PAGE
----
Wire cages will look pretty on a pendant, bracelet or earrings. The book used jump rings to connect to the turned up hook. Even keychains would be fun to make. Load up with charms and beads. What better way to use up left over beads or beads with a few flaws. Won’t be able to see the flaw inside a wire cage!!

I am thinking you could make wire cages for other bead shapes too. Oblong and squares. By adjusting the design of the wire. Try experimenting to see what you can create. So far I have only made round cages but I plan to try making other shapes.

My beads I am making wire cages for are blue with orange stripes. I am going to work in seed beads in blue and orange somehow. Still working on that part.

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Tools used: Round nose pliers, Chain nose pliers, and plastic covered Flat nose pliers.

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Connecting Wire Squares, Making a Necklace

Thursday, July 17

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Ever try to make a PERFECT square out of wire?

Not possible, at least for me. My edges are rounded no matter how carefully I bend the wire. And try as I might, I could not get two squares to come out exactly the same. I kept making them until I ran out of wire. I have to admit, the last few were much better than the first ones. So practice does make perfect.

My early intentions were to make a bracelet. I got quite a chuckle when I connected four of them with jump rings and draped them around my wrist. OK. So… On to Plan B. Hubby said it before I did. “They would make a nice necklace.”

I selected the best of the bunch, only discarding one. The rest ended up around my dummy’s chest and shoulders.

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I added several links of chains and used lobster claw clasps on both sides to connect them. I love working with chain links. I bought a lot of it months ago but am just now starting to incorporate it into my designs.

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To make these squares, I used 12 gauge brown wire and followed a design found in one of my wire making craft books. I kind of improvised, making my squares slightly larger than the book.

Before making the larger squares, I first practiced with thinner 20 gauge wire.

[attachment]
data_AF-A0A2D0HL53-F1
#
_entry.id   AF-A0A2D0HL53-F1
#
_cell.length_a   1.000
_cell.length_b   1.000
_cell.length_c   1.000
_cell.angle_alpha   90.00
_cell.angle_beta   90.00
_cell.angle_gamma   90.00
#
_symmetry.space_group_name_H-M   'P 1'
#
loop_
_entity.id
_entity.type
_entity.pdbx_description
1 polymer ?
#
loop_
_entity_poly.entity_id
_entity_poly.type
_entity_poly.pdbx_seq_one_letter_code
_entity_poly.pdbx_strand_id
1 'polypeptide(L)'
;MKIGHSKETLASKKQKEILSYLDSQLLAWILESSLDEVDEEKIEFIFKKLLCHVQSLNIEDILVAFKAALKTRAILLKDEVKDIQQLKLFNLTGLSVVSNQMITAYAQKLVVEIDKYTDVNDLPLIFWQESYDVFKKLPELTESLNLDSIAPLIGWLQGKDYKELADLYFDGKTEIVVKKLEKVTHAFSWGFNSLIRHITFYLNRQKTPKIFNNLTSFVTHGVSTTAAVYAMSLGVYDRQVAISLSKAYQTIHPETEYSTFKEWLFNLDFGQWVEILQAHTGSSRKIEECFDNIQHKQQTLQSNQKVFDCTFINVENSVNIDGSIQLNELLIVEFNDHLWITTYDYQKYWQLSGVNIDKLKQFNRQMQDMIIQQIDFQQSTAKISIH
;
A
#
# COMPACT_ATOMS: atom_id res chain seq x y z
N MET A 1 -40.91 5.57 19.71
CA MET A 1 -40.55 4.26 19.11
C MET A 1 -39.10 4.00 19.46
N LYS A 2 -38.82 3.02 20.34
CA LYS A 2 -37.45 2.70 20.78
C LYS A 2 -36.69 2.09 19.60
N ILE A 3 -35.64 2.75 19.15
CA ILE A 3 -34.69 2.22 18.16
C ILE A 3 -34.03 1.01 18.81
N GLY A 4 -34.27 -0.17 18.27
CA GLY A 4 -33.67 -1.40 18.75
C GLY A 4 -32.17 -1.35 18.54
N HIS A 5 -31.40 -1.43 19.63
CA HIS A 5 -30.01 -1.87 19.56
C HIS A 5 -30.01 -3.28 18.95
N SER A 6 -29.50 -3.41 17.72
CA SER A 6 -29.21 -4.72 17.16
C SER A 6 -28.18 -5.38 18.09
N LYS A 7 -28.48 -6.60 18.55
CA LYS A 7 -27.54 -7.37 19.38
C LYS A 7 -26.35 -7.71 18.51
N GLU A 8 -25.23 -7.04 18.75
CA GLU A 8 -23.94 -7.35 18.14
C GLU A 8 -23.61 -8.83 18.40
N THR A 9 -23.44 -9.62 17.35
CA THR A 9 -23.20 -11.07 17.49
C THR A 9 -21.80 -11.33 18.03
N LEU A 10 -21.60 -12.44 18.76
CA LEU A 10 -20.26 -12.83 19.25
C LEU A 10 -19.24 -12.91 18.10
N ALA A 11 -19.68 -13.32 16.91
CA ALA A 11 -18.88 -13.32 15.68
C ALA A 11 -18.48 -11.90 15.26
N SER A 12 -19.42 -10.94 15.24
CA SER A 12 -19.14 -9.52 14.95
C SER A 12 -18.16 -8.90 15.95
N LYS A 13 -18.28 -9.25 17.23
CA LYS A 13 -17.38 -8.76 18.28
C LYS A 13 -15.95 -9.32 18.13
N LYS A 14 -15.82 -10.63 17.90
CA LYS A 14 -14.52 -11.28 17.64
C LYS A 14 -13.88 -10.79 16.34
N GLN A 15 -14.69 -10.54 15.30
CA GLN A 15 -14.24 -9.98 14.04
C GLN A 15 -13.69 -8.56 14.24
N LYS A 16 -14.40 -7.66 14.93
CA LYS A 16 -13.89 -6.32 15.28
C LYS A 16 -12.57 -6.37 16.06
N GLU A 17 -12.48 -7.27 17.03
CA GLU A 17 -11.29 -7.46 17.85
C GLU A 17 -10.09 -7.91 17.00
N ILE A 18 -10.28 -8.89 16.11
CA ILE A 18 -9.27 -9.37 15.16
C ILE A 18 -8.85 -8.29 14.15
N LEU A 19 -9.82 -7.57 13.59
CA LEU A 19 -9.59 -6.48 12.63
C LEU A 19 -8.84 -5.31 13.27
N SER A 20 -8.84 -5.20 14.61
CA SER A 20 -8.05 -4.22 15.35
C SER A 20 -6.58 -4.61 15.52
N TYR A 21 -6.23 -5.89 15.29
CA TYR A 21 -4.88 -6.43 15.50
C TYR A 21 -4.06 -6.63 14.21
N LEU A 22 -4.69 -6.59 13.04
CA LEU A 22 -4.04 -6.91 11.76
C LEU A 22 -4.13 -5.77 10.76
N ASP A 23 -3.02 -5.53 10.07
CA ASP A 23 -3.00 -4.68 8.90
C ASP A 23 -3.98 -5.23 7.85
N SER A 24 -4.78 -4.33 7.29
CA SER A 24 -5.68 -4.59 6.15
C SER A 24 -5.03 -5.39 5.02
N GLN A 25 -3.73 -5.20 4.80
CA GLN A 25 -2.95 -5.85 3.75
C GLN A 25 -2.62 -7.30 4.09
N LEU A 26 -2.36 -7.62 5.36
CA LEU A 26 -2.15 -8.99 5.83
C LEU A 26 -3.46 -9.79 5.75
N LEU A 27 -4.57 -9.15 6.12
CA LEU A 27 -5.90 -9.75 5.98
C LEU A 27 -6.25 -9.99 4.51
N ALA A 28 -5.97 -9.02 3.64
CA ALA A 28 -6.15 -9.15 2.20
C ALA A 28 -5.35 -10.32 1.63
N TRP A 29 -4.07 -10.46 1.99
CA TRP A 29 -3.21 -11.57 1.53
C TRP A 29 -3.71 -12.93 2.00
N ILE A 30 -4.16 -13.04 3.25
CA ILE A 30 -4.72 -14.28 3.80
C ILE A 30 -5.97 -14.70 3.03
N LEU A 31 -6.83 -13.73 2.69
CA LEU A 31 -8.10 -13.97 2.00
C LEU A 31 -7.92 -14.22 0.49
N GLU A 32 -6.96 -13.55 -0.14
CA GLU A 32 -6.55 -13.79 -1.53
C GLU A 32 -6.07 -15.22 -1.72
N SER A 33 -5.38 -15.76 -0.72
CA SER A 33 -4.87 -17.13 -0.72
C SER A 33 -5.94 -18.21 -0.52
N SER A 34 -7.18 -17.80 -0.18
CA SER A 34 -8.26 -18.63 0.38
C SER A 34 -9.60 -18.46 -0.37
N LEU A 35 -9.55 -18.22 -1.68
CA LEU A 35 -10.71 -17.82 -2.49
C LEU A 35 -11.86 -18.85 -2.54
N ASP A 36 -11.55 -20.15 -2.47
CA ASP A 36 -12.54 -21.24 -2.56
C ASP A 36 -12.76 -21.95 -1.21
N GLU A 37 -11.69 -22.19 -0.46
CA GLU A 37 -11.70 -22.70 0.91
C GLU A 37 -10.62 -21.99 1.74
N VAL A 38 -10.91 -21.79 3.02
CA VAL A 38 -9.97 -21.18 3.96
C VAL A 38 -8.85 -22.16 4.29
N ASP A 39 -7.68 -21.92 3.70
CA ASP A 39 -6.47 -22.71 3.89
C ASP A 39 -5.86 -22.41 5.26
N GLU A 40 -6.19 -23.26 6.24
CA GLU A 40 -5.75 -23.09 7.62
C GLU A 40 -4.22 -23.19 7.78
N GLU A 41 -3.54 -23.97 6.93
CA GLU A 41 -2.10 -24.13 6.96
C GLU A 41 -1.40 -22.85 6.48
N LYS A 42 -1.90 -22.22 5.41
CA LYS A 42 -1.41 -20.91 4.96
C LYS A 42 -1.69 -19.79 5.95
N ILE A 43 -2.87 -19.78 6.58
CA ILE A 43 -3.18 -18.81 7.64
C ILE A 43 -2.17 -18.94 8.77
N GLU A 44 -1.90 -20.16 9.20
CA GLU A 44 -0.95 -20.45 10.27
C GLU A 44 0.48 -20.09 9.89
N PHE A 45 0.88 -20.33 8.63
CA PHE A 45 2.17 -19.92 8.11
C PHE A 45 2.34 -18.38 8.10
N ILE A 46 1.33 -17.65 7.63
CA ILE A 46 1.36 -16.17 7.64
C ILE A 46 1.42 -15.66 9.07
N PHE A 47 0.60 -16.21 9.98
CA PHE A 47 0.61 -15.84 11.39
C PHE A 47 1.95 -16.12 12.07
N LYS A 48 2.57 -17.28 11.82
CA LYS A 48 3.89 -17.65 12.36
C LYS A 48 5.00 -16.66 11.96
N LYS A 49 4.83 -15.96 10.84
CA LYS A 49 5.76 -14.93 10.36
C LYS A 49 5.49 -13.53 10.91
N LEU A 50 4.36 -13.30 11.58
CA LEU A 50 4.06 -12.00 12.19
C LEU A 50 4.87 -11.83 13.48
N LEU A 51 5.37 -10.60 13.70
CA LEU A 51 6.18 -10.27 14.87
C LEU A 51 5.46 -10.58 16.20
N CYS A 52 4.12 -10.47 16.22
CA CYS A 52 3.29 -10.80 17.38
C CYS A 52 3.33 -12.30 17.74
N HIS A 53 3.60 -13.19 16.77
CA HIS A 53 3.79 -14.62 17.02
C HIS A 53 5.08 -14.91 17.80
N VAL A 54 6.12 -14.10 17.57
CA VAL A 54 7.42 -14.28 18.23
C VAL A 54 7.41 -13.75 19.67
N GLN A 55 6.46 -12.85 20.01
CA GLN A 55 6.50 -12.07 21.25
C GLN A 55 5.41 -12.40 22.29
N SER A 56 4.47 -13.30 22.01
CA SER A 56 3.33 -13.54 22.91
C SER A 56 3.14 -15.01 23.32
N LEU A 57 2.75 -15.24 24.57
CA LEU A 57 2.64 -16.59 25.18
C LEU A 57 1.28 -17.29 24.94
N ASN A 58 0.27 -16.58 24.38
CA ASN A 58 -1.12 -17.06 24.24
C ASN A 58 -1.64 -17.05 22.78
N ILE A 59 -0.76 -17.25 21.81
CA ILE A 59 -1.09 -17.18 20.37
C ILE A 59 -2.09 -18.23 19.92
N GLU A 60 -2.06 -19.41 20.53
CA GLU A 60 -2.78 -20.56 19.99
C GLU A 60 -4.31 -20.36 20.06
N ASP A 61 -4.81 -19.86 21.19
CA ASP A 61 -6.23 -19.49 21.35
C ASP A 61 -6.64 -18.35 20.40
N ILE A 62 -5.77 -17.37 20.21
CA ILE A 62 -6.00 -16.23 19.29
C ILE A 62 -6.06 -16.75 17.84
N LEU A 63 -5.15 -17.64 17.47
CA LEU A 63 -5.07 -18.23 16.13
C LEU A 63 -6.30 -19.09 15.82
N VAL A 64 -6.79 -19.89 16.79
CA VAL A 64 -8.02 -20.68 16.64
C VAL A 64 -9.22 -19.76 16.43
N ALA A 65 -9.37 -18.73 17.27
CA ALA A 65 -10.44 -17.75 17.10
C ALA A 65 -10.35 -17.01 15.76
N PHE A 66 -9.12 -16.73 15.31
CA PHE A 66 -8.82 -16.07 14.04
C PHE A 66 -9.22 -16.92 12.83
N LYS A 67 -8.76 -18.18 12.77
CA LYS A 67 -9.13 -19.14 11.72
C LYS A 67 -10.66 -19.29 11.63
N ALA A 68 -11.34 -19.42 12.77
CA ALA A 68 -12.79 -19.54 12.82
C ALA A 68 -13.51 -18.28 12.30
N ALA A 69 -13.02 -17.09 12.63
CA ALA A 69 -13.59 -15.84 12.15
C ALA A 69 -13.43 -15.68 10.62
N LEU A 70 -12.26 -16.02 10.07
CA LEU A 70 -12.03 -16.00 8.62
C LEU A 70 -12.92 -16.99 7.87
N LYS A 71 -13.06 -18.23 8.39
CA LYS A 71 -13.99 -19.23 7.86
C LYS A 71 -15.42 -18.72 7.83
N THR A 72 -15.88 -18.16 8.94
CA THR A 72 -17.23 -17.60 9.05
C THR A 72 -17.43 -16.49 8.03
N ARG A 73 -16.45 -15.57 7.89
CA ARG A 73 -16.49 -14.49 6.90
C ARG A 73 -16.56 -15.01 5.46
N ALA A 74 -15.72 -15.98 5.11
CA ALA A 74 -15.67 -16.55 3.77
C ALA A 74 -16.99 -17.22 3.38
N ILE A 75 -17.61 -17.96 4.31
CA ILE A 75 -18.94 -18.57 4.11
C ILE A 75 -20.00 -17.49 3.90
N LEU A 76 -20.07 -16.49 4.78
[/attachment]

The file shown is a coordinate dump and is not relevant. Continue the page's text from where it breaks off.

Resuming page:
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The first one is laughable. But instead of tossing it, I kept it as a reminder that the “next” one should be better than the last. As you can see from my line up that is so true. Not sure what I will do with these squares made from 20 gauge. They are too thin to hold up in a permanent design. Great for practicing though.

So… what do you think?

Wirewrapped Necklace in Green and Copper

Sunday, July 6

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Well, that wasn’t so bad after all. Though my hands DO ache, I guess it was worth it to learn how to work with wire.

My wirewrapping has greatly improved. I know it is probably just my imagination but I get a strange feeling when I start to wrap a loop. It seems the wire gets softer just as I am pulling the first wrap downwards. Then with the next pull, around and toward me, it gets hard again. The first time this happened, I thought it was all in my mind. But it happened again and again. Feels soft one minute and hard the next.

It took 3 days working on this necklace, on and off. I went slow since I wasn’t sure if the wire would do what I wanted. A couple times I had to scrap a section and start over. I did waste some wire but since I am still working with practice wire it was ok.

Necklace was created with wirework and wirewrapping. I used one of my books for inspiration and also used The Coiling Gizmo to create the coiled sections. The sections are connected with jump rings. It measures 28 1/2″.

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I used the following supplies to make this necklace:

  • 20 gauge copper colored wire
  • green glass beads in different shapes and sizes
  • 6/0 bronze seed beads
  • antique copper bead caps, clasp and jump rings
  • 4mm copper colored beads

Wirewrapping With Copper and Beads

Saturday, July 5

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I am happy to report that after only two days, my wirewrapping skills have improved. The wire gauge certainly makes a difference.

I am still working with practice wire. I want to get much better before I work with sterling silver. Or even gold filled wire, when I can afford it.

Late last night I was up, couldn’t sleep for all the boom, boom, hiss, hiss sounds from fireworks going off all over my neighborhood. I think I even heard a few gun pops mixed in. So I took my mind off all that racket by making some copper wire coils with my Coiling Gizmo and practiced wirewrapping.

This is what I made using 20 gauge copper colored wire from Darice. (The coils at the top right were made from 26 gauge wire.)

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The swirly design was in one of my books. Looks sort of like a musical symbol. It didn’t turn out exactly like the picture in the book. My wire gauge is thinner but it came out well enough that I didn’t undo it and start over.

I plan to add a few more sections to this and make a necklace.